Improve your Customer Experience: Part 3

CCC Corporate / Collision Repair Newsletter /

In Part One of our three part customer experience series, we shared best practices surrounding the first contact shops have with their customers.  In Part Two, we moved on to best practices during the scheduling and work in process stage.  Now, our third and final post will share tips on vehicle pick-up.

We recommend that your shop complete a checklist to review all aspects of quality control before the repair is considered complete. Be sure to include aspects beyond safety and visual, such as comfort and technology.  For example, check that the Bluetooth and cameras are operational. Use this checklist with the goal of avoiding any possibility of the consumer needing to return to your shop for re-work. A return visit impacts your shop’s efficiency, is a negative experience for the consumer, and will poorly impact all CSI aspects not just for your shop, but downstream as well, including the insurer and automaker.

Vehicle pick-up is a time for you to show off your team’s workmanship, value and professionalism.  Spend time at the vehicle with your customer reviewing the repair and showing off your team’s work.

Keep in mind that data indicates that older vehicles, around six years and older, are scored lower by the consumer on “repair quality” at times.  Take the extra time to review the work you have done on older vehicles to ensure satisfaction and avoid any confusion over unfixed areas from preexisting damage, if applicable.  If your shop did something extra on the consumer’s vehicle, now is the time to point out your effort to exceed their expectations.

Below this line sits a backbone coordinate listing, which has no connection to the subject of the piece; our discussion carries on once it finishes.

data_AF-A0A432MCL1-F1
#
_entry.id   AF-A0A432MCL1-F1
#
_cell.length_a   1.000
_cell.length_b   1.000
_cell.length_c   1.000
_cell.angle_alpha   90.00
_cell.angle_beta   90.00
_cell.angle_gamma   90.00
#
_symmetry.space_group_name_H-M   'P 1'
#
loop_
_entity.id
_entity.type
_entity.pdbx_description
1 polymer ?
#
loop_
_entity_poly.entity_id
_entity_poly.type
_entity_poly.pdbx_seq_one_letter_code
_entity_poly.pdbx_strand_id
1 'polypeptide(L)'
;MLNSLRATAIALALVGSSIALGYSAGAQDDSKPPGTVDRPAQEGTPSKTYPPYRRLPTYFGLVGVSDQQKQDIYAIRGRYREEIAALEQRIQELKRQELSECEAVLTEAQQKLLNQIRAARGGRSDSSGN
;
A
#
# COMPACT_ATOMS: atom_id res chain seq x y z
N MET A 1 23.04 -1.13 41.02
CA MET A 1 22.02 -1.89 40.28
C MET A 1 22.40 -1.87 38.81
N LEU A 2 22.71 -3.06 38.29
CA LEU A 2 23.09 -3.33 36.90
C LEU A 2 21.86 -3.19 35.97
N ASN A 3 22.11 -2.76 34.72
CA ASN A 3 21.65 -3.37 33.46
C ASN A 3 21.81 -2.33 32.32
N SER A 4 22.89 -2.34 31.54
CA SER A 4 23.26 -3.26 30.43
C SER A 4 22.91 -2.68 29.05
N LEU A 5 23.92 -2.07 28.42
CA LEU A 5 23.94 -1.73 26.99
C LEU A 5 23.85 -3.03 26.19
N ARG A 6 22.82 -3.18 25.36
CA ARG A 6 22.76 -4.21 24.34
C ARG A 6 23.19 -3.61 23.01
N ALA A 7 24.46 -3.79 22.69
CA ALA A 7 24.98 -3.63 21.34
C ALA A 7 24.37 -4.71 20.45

Review with your customer the communications and messages you have sent them while their vehicle was in for repair to ensure they are aware of your efforts to keep them informed. Finally, ask them if your shop was able to meet or exceed all their expectations.  Listen responsively to their reply.  If an area of improvement is identified, acknowledge it and thank the consumer for the feedback.

If a customer gives a negative response to a survey question, your shop will automatically receive a Hot Sheet.  These represent your best opportunity listen to the voice of your customers and improve your business.  We recommend your team read and acknowledge all Hot Sheets you receive; this is your business’s blind spot. By reviewing them you will identify improvement opportunities for your team and business.

Please review all three articles in our customer experience series. We’re confident if you embrace aspects of these suggestions, you will achieve the desired outcome: best in class CSI.